On "How Great Thou Art"
In his recent Pietisten column, Glen Wiberg discusses the transformation of Carl Boberg's 1885 poem, "O Store Gud," into the hymn we know today as "How Great Thou Art." He describes translation adventures from the original Swedish and decisions about which part of the poem to include in a particular version of the hymn and concludes by saying,
…despite the distance from or closeness to the original, the song has survived and continues to bless those standing in awe at the wondrous deeds of this mighty God. But I have a hunch that from some higher balcony Carl Boberg looks down smiling at the stir he created for translators—all from a summer's afternoon walk beside a lake and through the woods in a thunderstorm. (Summer 2002, p. 6)
A recent interest in Gospel music has led me to a lot of "singing in the shower" as I explore our own Swedish Gospel songs along with American revival hymns. "How Great Thou Art" is one of my favorites, and so I was especially interested in Wiberg's discussion. I sang this song over and over again and read J. Irving Erickson's account of how it came to be written in his book Twice-Born Hymns (1976) and in Sing it Again (1985). In the process, I became fascinated with the connection between that "summer's afternoon walk beside a lake and through the woods in a thunderstorm" and the poem Boberg wrote. Erickson wrote:
Carl Boberg and some friends were returning home to Mönsterœs from Kronoböck, where they had participated in an afternoon service. Nature was at its peak that radiant afternoon. Presently a thundercloud appeared on the horizon, and soon sharp lightning flashed across the sky. Strong winds swept over the meadows and billowing fields of grain. The thunder pealed in loud claps. Then rain came in cool fresh showers. In a little while the storm was over, and a rainbow appeared.
When Boberg arrived home, he opened the window and saw the bay of Mšnsterœslike a mirror before him… From the woods on the other side of the bay, he heard the song of a thrush…the church bells were tolling in the quiet evening. It was this series of sights, sounds, and experiences that inspired the writing of the song. (pp. 9-10)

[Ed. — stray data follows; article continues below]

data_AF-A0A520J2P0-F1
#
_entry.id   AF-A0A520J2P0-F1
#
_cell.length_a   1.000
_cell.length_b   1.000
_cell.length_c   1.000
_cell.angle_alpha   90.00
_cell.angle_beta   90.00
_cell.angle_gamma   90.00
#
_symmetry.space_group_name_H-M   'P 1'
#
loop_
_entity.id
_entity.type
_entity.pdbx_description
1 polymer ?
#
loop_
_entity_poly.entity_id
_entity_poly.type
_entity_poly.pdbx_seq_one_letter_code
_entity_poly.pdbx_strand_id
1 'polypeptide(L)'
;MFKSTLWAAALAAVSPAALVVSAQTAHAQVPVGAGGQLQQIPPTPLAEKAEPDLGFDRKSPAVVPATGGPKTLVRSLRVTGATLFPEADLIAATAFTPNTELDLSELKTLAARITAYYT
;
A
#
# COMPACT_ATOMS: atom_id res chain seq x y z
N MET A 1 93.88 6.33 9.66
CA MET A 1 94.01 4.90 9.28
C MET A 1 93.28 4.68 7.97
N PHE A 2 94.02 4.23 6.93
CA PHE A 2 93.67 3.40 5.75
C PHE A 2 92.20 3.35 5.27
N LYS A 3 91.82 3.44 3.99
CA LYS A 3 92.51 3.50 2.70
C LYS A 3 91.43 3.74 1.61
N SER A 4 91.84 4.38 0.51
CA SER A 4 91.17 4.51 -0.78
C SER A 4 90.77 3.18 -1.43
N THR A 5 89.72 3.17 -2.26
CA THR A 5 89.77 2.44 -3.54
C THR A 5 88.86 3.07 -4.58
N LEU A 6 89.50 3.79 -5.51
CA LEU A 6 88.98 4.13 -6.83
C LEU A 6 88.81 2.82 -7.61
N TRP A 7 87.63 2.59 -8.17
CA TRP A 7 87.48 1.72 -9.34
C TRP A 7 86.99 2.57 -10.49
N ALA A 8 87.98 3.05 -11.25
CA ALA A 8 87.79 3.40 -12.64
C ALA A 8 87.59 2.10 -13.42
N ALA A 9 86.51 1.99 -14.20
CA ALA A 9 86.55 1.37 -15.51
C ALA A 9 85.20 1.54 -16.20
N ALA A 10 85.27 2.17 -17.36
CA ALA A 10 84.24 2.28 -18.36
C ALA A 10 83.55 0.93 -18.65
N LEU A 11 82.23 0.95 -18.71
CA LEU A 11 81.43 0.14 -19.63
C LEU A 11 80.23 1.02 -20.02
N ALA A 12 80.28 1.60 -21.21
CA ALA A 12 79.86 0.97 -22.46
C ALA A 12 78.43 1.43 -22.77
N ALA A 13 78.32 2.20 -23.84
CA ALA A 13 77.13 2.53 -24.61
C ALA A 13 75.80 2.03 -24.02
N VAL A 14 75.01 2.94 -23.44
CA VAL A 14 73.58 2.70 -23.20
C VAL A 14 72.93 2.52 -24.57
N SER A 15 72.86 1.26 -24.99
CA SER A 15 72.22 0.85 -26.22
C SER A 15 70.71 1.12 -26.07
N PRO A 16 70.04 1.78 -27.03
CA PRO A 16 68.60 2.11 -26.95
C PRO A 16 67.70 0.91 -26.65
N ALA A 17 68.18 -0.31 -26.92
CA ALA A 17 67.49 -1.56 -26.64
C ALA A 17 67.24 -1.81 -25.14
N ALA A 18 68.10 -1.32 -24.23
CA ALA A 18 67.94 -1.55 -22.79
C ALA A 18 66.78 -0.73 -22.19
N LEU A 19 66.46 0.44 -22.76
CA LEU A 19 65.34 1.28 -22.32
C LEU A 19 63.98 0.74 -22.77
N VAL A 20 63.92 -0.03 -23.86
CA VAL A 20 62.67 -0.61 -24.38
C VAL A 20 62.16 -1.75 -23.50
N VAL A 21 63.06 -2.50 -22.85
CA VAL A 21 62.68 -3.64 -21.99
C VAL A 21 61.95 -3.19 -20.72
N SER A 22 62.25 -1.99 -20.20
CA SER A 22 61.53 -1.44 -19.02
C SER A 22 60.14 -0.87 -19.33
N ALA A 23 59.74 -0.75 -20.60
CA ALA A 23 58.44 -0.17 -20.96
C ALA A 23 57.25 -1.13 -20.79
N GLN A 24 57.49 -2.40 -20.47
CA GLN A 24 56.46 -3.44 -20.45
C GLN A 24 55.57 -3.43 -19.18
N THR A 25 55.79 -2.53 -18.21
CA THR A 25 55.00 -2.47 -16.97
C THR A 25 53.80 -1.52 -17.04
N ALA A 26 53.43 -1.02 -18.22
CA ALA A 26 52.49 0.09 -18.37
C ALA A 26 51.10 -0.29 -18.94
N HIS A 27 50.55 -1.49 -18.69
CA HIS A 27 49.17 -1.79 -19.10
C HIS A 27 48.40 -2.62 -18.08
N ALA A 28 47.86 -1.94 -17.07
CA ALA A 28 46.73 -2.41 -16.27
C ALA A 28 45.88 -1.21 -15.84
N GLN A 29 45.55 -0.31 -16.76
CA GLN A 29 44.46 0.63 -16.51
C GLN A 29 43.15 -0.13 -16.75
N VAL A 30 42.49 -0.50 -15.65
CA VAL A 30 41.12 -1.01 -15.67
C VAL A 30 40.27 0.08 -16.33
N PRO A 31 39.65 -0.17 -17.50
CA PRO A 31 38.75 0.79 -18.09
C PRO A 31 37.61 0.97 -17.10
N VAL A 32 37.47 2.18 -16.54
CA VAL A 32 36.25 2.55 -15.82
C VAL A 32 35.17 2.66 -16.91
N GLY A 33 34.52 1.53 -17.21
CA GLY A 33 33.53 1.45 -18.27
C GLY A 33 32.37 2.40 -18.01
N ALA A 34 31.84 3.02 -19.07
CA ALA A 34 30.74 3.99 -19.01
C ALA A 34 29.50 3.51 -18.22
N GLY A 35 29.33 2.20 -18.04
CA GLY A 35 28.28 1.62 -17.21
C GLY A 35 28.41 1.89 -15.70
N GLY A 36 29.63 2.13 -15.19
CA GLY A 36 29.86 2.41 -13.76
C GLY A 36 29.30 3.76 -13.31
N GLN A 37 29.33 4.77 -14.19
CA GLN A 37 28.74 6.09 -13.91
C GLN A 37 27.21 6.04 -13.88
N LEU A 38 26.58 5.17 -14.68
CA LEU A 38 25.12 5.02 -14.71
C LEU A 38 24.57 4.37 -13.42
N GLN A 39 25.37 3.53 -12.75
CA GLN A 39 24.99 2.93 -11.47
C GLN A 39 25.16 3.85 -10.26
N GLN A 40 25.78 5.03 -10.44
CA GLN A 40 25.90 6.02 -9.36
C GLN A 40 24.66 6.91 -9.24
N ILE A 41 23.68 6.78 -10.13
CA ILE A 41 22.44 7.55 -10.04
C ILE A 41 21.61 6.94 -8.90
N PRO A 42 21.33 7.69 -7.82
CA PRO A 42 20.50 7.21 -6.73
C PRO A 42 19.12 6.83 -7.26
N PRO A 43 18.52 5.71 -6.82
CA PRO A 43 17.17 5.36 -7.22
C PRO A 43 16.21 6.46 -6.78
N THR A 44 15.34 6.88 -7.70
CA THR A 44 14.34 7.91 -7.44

After reading this account, and singing the many verses from all sources, I find that the real story of Boberg's deep faith and his dramatic experience that day is most clearly contained in five of the original nine verses. These five essential verses encompass our faith experience as Boberg saw it: a response to God's might and power reflected in His creation and expressed in the power of the storm and the promise of the rainbow, then the miracle of Christ's coming and then our hope for the future.
Thus in these verses we have: God the creator—"Consider all the worlds thy hands have made. I see the stars…"; the storm—"And when I hear the roar of storms and thunders…"; our environment—"Through woods and forest glades I wander, and hear the birds sing sweetly in the trees…"; Christ comes to earth—"When I think that God, his son not sparing, sent him to die, I scarce can take it in…"; our hope beyond tomorrow—"When Christ shall come with shouts of acclamation…."
What Boberg felt that summer afternoon in 1885, we can feel and vicariously experience as we sing these five verses today along with the refrain, "Then sings my soul, my Saviour God to thee: How great thou art, how great thou art!" Four of the five verses comprise the hymn as it appears in the 1996 Covenant Hymnal—A worship Book, but the storm verse (which was included in the 1973 Covenant Hymnal), is omitted. This, I think, ignores the heart of the experience that prompted Boberg to write his poem. To me it is like preaching the Gospel without the cross.
So this is a plea for the storm verse (in whatever translation) to be included in the next edition of the Covenant Hymnal!